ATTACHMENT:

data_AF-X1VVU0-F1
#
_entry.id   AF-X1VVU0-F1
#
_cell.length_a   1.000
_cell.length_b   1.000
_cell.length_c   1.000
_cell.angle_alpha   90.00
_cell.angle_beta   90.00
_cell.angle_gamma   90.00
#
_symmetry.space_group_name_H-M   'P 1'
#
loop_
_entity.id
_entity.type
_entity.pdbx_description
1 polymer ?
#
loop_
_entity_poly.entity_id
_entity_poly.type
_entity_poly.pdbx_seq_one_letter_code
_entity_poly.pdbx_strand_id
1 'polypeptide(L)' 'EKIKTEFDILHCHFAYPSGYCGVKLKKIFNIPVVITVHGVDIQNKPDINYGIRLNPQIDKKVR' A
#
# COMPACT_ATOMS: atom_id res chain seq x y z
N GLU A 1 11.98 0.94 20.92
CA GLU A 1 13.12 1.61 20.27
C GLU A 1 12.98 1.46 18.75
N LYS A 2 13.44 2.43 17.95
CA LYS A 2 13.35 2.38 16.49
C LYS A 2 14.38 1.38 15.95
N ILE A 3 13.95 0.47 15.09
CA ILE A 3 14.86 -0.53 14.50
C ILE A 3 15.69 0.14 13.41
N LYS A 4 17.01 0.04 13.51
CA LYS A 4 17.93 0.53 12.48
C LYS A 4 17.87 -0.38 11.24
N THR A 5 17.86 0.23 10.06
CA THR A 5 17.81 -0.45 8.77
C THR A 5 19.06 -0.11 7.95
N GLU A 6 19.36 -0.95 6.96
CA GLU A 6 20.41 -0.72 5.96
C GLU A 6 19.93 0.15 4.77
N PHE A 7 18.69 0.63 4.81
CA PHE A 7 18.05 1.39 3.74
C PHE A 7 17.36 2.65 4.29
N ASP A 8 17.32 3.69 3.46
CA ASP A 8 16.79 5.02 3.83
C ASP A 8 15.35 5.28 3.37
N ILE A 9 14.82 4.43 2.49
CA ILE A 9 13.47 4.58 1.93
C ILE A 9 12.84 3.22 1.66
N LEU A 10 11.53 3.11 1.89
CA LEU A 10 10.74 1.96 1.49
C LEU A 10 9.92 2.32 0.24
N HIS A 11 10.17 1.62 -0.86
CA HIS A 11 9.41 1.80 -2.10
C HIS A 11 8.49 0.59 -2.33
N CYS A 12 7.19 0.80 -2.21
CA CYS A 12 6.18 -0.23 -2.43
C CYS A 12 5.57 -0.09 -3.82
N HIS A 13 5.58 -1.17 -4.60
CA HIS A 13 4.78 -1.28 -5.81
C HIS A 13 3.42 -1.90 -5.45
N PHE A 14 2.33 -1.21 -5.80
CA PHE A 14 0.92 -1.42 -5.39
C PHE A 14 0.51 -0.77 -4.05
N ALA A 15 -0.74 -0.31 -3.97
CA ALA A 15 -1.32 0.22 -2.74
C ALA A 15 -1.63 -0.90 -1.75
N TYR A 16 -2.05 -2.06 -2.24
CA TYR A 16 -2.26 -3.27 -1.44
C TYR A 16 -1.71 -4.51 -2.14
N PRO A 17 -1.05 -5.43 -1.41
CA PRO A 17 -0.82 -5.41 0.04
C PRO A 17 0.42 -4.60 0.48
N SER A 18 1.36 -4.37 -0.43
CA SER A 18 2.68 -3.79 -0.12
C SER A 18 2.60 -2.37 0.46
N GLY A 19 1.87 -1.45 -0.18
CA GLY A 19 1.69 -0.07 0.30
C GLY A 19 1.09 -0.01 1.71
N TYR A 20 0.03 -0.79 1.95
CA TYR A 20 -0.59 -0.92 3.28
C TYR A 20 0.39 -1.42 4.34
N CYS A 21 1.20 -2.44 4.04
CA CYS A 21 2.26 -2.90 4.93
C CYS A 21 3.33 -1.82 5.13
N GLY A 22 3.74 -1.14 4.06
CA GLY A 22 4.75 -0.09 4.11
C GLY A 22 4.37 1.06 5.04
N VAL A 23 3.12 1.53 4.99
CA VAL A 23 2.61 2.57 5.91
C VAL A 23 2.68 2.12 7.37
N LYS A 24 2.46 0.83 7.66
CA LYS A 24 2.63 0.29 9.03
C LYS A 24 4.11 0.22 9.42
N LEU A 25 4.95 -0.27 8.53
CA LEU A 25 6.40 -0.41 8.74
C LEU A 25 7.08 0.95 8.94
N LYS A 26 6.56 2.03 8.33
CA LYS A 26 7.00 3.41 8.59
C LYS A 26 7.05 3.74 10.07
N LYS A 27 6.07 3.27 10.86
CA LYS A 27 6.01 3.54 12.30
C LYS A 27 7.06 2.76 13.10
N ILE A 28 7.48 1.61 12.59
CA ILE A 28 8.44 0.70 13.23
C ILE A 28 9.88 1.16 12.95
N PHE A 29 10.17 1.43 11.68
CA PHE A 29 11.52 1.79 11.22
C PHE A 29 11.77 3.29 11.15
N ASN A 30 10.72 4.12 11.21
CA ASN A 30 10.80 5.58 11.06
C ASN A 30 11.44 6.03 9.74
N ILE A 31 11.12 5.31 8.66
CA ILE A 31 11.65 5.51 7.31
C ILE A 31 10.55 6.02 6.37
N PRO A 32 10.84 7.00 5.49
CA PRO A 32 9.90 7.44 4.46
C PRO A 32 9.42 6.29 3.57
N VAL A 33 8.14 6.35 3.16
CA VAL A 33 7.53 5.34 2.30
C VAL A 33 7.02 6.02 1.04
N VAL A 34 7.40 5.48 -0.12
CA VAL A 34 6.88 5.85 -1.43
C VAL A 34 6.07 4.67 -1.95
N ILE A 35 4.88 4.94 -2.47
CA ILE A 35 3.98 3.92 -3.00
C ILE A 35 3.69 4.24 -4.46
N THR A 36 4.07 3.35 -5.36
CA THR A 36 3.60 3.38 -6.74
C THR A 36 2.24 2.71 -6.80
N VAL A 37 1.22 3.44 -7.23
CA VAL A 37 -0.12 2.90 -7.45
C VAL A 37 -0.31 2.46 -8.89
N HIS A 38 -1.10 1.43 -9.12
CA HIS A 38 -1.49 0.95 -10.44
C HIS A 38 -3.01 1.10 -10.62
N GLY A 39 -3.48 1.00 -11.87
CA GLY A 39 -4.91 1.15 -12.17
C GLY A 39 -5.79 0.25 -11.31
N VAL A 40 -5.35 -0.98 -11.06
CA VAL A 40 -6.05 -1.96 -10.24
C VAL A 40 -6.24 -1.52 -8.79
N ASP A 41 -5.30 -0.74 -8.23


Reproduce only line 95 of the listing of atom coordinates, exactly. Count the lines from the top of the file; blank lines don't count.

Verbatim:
CA VAL A 23 2.61 2.57 5.91